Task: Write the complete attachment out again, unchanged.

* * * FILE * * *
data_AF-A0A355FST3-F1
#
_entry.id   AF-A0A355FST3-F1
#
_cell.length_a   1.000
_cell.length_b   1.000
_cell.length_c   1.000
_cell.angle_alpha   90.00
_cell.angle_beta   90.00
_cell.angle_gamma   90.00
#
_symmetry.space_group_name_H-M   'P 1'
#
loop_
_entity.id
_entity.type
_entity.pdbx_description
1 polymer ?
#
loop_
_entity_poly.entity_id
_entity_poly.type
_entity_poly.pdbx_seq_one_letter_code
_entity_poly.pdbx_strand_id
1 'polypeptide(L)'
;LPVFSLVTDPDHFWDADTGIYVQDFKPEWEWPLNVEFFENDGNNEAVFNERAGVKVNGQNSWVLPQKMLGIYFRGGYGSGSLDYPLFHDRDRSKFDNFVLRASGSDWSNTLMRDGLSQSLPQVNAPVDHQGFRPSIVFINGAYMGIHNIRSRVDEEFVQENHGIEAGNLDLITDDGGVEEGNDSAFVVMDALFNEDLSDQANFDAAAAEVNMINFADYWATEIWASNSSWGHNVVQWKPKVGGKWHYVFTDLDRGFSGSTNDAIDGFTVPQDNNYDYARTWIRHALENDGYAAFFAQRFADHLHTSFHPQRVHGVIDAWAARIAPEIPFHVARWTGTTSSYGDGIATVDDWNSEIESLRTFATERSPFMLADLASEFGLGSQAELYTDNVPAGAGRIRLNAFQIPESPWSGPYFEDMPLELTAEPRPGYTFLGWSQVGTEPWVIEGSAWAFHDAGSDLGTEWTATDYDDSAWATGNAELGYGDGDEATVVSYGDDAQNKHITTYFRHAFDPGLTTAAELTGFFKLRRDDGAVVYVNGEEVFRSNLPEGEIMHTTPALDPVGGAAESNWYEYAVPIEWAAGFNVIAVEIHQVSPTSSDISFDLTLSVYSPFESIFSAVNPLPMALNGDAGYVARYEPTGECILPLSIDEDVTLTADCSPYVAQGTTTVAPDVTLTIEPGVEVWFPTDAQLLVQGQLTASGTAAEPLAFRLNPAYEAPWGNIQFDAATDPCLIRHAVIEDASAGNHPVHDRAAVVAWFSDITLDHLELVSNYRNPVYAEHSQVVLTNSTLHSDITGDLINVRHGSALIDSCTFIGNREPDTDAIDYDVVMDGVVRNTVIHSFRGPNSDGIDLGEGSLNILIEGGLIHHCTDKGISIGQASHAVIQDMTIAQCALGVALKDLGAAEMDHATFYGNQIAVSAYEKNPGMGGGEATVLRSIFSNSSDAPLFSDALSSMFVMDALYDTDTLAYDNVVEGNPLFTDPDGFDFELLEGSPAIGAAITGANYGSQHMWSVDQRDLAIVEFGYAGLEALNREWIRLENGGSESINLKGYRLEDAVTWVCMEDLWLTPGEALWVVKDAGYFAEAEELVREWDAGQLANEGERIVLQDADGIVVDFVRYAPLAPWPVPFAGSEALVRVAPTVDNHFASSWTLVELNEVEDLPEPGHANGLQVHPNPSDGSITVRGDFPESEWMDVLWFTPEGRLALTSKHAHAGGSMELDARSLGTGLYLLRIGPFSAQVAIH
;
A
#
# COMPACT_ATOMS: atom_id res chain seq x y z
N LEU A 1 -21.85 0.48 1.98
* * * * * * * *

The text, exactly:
data_AF-A0A355FST3-F1
#
_entry.id   AF-A0A355FST3-F1
#
_cell.length_a   1.000
_cell.length_b   1.000
_cell.length_c   1.000
_cell.angle_alpha   90.00
_cell.angle_beta   90.00
_cell.angle_gamma   90.00
#
_symmetry.space_group_name_H-M   'P 1'
#
loop_
_entity.id
_entity.type
_entity.pdbx_description
1 polymer ?
#
loop_
_entity_poly.entity_id
_entity_poly.type
_entity_poly.pdbx_seq_one_letter_code
_entity_poly.pdbx_strand_id
1 'polypeptide(L)'
;LPVFSLVTDPDHFWDADTGIYVQDFKPEWEWPLNVEFFENDGNNEAVFNERAGVKVNGQNSWVLPQKMLGIYFRGGYGSGSLDYPLFHDRDRSKFDNFVLRASGSDWSNTLMRDGLSQSLPQVNAPVDHQGFRPSIVFINGAYMGIHNIRSRVDEEFVQENHGIEAGNLDLITDDGGVEEGNDSAFVVMDALFNEDLSDQANFDAAAAEVNMINFADYWATEIWASNSSWGHNVVQWKPKVGGKWHYVFTDLDRGFSGSTNDAIDGFTVPQDNNYDYARTWIRHALENDGYAAFFAQRFADHLHTSFHPQRVHGVIDAWAARIAPEIPFHVARWTGTTSSYGDGIATVDDWNSEIESLRTFATERSPFMLADLASEFGLGSQAELYTDNVPAGAGRIRLNAFQIPESPWSGPYFEDMPLELTAEPRPGYTFLGWSQVGTEPWVIEGSAWAFHDAGSDLGTEWTATDYDDSAWATGNAELGYGDGDEATVVSYGDDAQNKHITTYFRHAFDPGLTTAAELTGFFKLRRDDGAVVYVNGEEVFRSNLPEGEIMHTTPALDPVGGAAESNWYEYAVPIEWAAGFNVIAVEIHQVSPTSSDISFDLTLSVYSPFESIFSAVNPLPMALNGDAGYVARYEPTGECILPLSIDEDVTLTADCSPYVAQGTTTVAPDVTLTIEPGVEVWFPTDAQLLVQGQLTASGTAAEPLAFRLNPAYEAPWGNIQFDAATDPCLIRHAVIEDASAGNHPVHDRAAVVAWFSDITLDHLELVSNYRNPVYAEHSQVVLTNSTLHSDITGDLINVRHGSALIDSCTFIGNREPDTDAIDYDVVMDGVVRNTVIHSFRGPNSDGIDLGEGSLNILIEGGLIHHCTDKGISIGQASHAVIQDMTIAQCALGVALKDLGAAEMDHATFYGNQIAVSAYEKNPGMGGGEATVLRSIFSNSSDAPLFSDALSSMFVMDALYDTDTLAYDNVVEGNPLFTDPDGFDFELLEGSPAIGAAITGANYGSQHMWSVDQRDLAIVEFGYAGLEALNREWIRLENGGSESINLKGYRLEDAVTWVCMEDLWLTPGEALWVVKDAGYFAEAEELVREWDAGQLANEGERIVLQDADGIVVDFVRYAPLAPWPVPFAGSEALVRVAPTVDNHFASSWTLVELNEVEDLPEPGHANGLQVHPNPSDGSITVRGDFPESEWMDVLWFTPEGRLALTSKHAHAGGSMELDARSLGTGLYLLRIGPFSAQVAIH
;
A
#
# COMPACT_ATOMS: atom_id res chain seq x y z
N LEU A 1 -21.85 0.48 1.98